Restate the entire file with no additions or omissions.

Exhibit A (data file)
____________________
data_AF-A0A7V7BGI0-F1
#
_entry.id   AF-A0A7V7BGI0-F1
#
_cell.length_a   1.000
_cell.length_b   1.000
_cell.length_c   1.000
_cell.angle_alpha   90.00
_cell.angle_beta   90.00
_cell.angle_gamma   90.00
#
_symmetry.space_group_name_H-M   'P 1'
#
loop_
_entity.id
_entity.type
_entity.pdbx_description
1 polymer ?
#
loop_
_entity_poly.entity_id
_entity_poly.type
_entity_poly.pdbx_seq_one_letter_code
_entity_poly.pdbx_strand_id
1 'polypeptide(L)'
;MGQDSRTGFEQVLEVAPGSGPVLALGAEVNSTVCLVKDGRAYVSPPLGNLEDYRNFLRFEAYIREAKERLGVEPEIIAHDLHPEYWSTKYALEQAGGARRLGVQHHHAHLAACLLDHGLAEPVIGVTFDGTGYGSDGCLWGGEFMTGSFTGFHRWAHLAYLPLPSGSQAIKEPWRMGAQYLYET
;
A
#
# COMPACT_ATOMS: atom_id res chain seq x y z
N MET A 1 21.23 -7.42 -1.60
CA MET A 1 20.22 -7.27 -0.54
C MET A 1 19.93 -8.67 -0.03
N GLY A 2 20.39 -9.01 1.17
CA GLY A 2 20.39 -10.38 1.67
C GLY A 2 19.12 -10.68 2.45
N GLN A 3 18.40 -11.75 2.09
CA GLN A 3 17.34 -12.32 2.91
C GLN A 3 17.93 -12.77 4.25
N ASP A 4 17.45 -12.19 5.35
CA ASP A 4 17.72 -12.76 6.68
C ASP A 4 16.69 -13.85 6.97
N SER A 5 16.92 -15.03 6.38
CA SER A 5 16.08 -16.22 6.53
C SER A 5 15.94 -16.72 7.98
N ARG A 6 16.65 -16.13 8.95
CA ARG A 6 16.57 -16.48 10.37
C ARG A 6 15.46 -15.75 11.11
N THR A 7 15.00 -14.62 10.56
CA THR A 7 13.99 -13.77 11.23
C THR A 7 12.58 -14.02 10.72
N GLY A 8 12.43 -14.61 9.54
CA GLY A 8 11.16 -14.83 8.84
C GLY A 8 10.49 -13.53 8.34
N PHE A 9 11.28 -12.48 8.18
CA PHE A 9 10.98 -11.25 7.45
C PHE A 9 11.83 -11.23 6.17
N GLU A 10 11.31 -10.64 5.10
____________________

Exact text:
data_AF-A0A7V7BGI0-F1
#
_entry.id   AF-A0A7V7BGI0-F1
#
_cell.length_a   1.000
_cell.length_b   1.000
_cell.length_c   1.000
_cell.angle_alpha   90.00
_cell.angle_beta   90.00
_cell.angle_gamma   90.00
#
_symmetry.space_group_name_H-M   'P 1'
#
loop_
_entity.id
_entity.type
_entity.pdbx_description
1 polymer ?
#
loop_
_entity_poly.entity_id
_entity_poly.type
_entity_poly.pdbx_seq_one_letter_code
_entity_poly.pdbx_strand_id
1 'polypeptide(L)'
;MGQDSRTGFEQVLEVAPGSGPVLALGAEVNSTVCLVKDGRAYVSPPLGNLEDYRNFLRFEAYIREAKERLGVEPEIIAHDLHPEYWSTKYALEQAGGARRLGVQHHHAHLAACLLDHGLAEPVIGVTFDGTGYGSDGCLWGGEFMTGSFTGFHRWAHLAYLPLPSGSQAIKEPWRMGAQYLYET
;
A
#
# COMPACT_ATOMS: atom_id res chain seq x y z
N MET A 1 21.23 -7.42 -1.60
CA MET A 1 20.22 -7.27 -0.54
C MET A 1 19.93 -8.67 -0.03
N GLY A 2 20.39 -9.01 1.17
CA GLY A 2 20.39 -10.38 1.67
C GLY A 2 19.12 -10.68 2.45
N GLN A 3 18.40 -11.75 2.09
CA GLN A 3 17.34 -12.32 2.91
C GLN A 3 17.93 -12.77 4.25
N ASP A 4 17.45 -12.19 5.35
CA ASP A 4 17.72 -12.76 6.68
C ASP A 4 16.69 -13.85 6.97
N SER A 5 16.92 -15.03 6.38
CA SER A 5 16.08 -16.22 6.53
C SER A 5 15.94 -16.72 7.98
N ARG A 6 16.65 -16.13 8.95
CA ARG A 6 16.57 -16.48 10.37
C ARG A 6 15.46 -15.75 11.11
N THR A 7 15.00 -14.62 10.56
CA THR A 7 13.99 -13.77 11.23
C THR A 7 12.58 -14.02 10.72
N GLY A 8 12.43 -14.61 9.54
CA GLY A 8 11.16 -14.83 8.84
C GLY A 8 10.49 -13.53 8.34
N PHE A 9 11.28 -12.48 8.18
CA PHE A 9 10.98 -11.25 7.45
C PHE A 9 11.83 -11.23 6.17
N GLU A 10 11.31 -10.64 5.10